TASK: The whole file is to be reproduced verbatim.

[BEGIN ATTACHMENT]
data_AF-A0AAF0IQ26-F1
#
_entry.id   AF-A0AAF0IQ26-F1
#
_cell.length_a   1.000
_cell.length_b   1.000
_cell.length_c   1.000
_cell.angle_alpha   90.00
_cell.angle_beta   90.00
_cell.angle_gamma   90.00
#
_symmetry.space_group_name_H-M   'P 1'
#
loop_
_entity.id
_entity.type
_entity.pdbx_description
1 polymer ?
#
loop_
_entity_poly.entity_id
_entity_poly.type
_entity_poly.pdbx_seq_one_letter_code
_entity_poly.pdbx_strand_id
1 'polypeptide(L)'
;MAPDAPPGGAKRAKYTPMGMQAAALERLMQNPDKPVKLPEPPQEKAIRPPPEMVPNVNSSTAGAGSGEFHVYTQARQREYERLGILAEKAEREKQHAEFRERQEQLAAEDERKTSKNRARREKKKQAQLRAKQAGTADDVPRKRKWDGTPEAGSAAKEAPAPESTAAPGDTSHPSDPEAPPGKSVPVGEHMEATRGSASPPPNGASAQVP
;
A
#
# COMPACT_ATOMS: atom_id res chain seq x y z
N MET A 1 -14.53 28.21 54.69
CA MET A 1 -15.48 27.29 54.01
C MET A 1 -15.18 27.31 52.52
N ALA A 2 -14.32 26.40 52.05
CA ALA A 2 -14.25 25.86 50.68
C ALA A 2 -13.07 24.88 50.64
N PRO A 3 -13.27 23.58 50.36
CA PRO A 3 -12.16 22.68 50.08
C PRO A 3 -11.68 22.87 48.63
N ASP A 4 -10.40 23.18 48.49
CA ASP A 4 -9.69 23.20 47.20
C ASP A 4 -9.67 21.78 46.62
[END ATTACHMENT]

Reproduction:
data_AF-A0AAF0IQ26-F1
#
_entry.id   AF-A0AAF0IQ26-F1
#
_cell.length_a   1.000
_cell.length_b   1.000
_cell.length_c   1.000
_cell.angle_alpha   90.00
_cell.angle_beta   90.00
_cell.angle_gamma   90.00
#
_symmetry.space_group_name_H-M   'P 1'
#
loop_
_entity.id
_entity.type
_entity.pdbx_description
1 polymer ?
#
loop_
_entity_poly.entity_id
_entity_poly.type
_entity_poly.pdbx_seq_one_letter_code
_entity_poly.pdbx_strand_id
1 'polypeptide(L)'
;MAPDAPPGGAKRAKYTPMGMQAAALERLMQNPDKPVKLPEPPQEKAIRPPPEMVPNVNSSTAGAGSGEFHVYTQARQREYERLGILAEKAEREKQHAEFRERQEQLAAEDERKTSKNRARREKKKQAQLRAKQAGTADDVPRKRKWDGTPEAGSAAKEAPAPESTAAPGDTSHPSDPEAPPGKSVPVGEHMEATRGSASPPPNGASAQVP
;
A
#
# COMPACT_ATOMS: atom_id res chain seq x y z
N MET A 1 -14.53 28.21 54.69
CA MET A 1 -15.48 27.29 54.01
C MET A 1 -15.18 27.31 52.52
N ALA A 2 -14.32 26.40 52.05
CA ALA A 2 -14.25 25.86 50.68
C ALA A 2 -13.07 24.88 50.64
N PRO A 3 -13.27 23.58 50.36
CA PRO A 3 -12.16 22.68 50.08
C PRO A 3 -11.68 22.87 48.63
N ASP A 4 -10.40 23.18 48.49
CA ASP A 4 -9.69 23.20 47.20
C ASP A 4 -9.67 21.78 46.62